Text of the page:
A hundred miler. It’s just a number. Until about a week before you run one. Then suddenly in your mind you add another zero to the effort you think you’re going to have to make to finish one. Is it too far, can I do this, am I fit enough? These ‘fear of failure’ questions swirl, such is the psychotropic distortion effect of the big one. Not helped by the taper week of course, where you find yourself with very little running to do in comparison to an average training week. So you sit back and watch the adrenaline and testosterone levels fill like a Jet being fuelled on the runway before take-off.
But as the physiology rises and the emotions swell it’s time to get cognitive. What I found most comforting was looking back on my training and seeing that I’d done the work. I’ve been running for five years now and have slowly climbed the ladder of both distance and time. And I have an inspirational coach in Brennan who meticulously tuned me for the job from the start of the year, a period of almost six months focused on getting ready for this.
On the way I bagged a new 5k pb of 19.04, and a new half marathon pb of 1.29.32 as well as a 3.22.40 marathon time. We’d climbed that ladder alright, and importantly, stripped away all junk miles to take a focussed approach to race day.
Uncoached runners tend to busk it a bit, not knowing what kind of running they should be doing and when. I have a friend who raced a twelve hour 50 miler three weeks before his first 100, which didn’t leave much time for a full recovery; DNF mile 66. Coaching is a focussed approach to success that not only helps us do the right things, it stops us doing wrong things. I’d had the perfect approach and followed the coaches instructions to the letter. If there was a time to succeed it was definitely now.
And with that in mind we were off. It was 5am on a country estate just east of Winchester and the sun was shining in a deep blue sky. Soon the runners were strung out over a single tracked horseshoe. In the distance I could see the lead runner at a pace that looked like my 5K. In the cue for the loo I’d overheard a bloke say he was going for the record, presently 14 hours 3 minutes and 50 seconds, a 100 miles with 3800m of elevation. That’s the equivalent of running up Ben Nevis three times. What kind of software is that guy running? The machine.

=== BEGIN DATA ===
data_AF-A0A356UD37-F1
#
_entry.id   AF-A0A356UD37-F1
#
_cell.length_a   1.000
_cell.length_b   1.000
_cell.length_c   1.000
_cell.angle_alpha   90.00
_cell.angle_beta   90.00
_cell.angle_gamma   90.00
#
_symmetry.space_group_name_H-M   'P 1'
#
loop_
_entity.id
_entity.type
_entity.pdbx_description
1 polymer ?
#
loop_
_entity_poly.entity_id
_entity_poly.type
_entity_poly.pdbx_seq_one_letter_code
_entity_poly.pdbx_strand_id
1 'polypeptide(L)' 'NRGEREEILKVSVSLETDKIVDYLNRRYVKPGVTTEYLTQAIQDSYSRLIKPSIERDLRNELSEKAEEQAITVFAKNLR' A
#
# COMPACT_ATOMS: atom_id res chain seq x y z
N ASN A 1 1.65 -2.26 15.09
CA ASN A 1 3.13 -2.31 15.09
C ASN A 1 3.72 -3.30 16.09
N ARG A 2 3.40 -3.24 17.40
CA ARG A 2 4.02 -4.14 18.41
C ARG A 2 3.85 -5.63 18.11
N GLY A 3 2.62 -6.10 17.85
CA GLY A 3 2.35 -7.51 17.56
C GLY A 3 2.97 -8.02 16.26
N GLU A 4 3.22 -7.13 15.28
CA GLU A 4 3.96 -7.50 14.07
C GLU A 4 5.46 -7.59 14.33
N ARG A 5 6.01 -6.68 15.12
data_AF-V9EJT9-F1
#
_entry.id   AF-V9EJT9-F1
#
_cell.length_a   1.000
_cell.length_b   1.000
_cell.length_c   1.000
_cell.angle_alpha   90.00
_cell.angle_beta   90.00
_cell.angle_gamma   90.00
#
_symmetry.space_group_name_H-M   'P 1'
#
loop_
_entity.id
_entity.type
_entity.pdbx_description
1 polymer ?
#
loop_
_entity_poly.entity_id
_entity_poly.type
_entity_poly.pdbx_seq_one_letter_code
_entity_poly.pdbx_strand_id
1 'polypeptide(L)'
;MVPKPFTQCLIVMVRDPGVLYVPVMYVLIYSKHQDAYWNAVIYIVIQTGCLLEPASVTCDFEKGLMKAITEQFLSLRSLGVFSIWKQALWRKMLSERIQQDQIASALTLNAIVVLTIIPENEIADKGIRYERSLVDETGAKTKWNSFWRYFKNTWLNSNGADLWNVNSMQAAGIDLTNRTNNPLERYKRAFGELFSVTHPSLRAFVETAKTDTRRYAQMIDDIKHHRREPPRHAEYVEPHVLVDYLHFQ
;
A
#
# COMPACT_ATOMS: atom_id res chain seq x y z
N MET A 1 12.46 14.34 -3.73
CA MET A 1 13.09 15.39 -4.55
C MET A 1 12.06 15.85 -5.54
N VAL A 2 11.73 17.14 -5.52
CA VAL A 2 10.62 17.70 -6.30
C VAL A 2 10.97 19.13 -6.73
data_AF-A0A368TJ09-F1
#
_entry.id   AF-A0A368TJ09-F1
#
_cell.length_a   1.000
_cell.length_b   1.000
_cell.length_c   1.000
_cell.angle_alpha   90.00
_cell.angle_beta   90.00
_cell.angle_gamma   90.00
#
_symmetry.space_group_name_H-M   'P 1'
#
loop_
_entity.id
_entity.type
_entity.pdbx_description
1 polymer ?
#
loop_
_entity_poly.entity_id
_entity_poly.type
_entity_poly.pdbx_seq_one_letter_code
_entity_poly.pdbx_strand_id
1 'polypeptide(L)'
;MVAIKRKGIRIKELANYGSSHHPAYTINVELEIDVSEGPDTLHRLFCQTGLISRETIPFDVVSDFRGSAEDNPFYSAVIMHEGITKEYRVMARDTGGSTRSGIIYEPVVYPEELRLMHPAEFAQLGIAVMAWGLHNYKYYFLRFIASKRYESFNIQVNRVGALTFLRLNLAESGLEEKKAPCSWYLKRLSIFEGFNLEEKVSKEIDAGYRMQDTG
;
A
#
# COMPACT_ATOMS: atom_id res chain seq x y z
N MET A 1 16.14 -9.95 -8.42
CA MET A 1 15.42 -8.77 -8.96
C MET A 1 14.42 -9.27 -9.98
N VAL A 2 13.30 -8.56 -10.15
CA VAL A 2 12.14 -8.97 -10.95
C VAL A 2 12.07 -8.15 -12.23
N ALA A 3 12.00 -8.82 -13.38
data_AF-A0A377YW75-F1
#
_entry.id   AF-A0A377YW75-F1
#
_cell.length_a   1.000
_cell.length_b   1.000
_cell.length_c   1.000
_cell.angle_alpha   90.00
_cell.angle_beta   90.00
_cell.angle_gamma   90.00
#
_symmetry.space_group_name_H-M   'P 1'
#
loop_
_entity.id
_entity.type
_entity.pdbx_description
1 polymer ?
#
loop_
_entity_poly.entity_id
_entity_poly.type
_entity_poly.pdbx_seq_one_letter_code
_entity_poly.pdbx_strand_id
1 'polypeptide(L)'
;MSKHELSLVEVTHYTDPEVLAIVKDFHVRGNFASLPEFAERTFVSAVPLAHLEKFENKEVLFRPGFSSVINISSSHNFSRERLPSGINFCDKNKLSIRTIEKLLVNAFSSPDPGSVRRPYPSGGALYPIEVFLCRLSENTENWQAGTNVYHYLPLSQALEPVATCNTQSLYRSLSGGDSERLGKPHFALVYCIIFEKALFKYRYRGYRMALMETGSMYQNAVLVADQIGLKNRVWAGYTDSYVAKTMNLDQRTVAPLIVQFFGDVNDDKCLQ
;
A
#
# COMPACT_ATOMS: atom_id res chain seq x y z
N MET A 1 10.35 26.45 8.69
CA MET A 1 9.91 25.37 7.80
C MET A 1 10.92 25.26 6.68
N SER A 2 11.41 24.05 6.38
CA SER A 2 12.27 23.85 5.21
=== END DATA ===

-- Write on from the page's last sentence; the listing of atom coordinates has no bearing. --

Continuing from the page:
Cut to middle aged man jogging at sedate pace through beautiful meadows of wildflowers and butterflies. Presently at about 22hr pace and through the first checkpoint in position 314 out of 405 I was happy. 23 miles done 2nd check point position 320, nice day out. Then throughout the day my position went from 308,273,235,201 before taking my first decent rest in 196th position at Saddlescome farm by Devil’s Dyke, somewhat amusingly at the 66.6 mile mark. Up until then I’d been in and out of checkpoints pretty quickly just filling up with water and mixing my Maurten 320 on the go. No stomach issues so far and no niggles.
Change of socks and shoes and off I went, 15 and a half hours done. Still on for sub 24hr pace but with the night approaching it was unlikely I’d be able to maintain that pace.
Sunset, headtorch and backpain. Going for over 16 hours now and I’d begun to seize up a bit. I threw my arms over a five bar gate and thrust my torso forward in an effort to release the lock. 70 miles is a lot of steps and a lot of compression on the spine and muscles, not helped by a race vest full of kit; 2 x 500ml bottles, phone and charger, two headtorches plus handheld, jells, snickers, jelly babies, salt tabs, paracetamol, kitchen sink...it all adds up. I was running without a crew or pacers and there were only two drop bag points at 54 and 76 miles. Soon I’d be meeting bag 2 and change into fresh overnight kit. Moving forward but slowing.
Housedean farm, 76 miles and in position 191 overall, up from 196. (155th man, and 34th in the m50-59). With just under a marathon to go I scoffed the best bowl of cheesy beans ever and topped up with water, I couldn’t take anymore Muarten, then off into the dark on a long climb to the crest of the next hill. It was pitch and I’d buddied with a fellow runner who was also without a pacer. Phil was a fun guy and quickly we began to laugh and joke to keep the night at bay. We were power walking mostly. I had by now developed a couple of large blisters on the balls of my feet. Perhaps I’d chosen the wrong foot wear, Altra escalante road shoes, super comfortable but no stone guard and over chalk and flint path my feet felt slightly lacerated underneath. Mind you so did Phil’s in his big fat Hoka trail shoes. “It’s the distance not the shoes” offered Phil, an experienced ultra-runner.
Somehow six hours passed and the sun came up. Fantastic to be up at that time, the still beauty of 4.30am, dancing to the music of bird song. Still a couple of hours of work to do.
Alfriston 91 miles, Jevington 95 miles then dropping down off the hill to the suburban back streets of Eastbourne in search of the local running track where we would do a lap of honour.
Then suddenly it was all over. I’d run my first 100 miler in a time of 26 hours, 5 minutes and 31 seconds. I was 190th overall, 153rd man, 34th in category. With over 100 DNF’s (25%) I’ll take that as a good day out and a bench mark in my life that won’t be repeated too many times. Now I’m kicking back in the mid-June sunshine with a beer in one hand and a 100 mile buckle in the other, job done.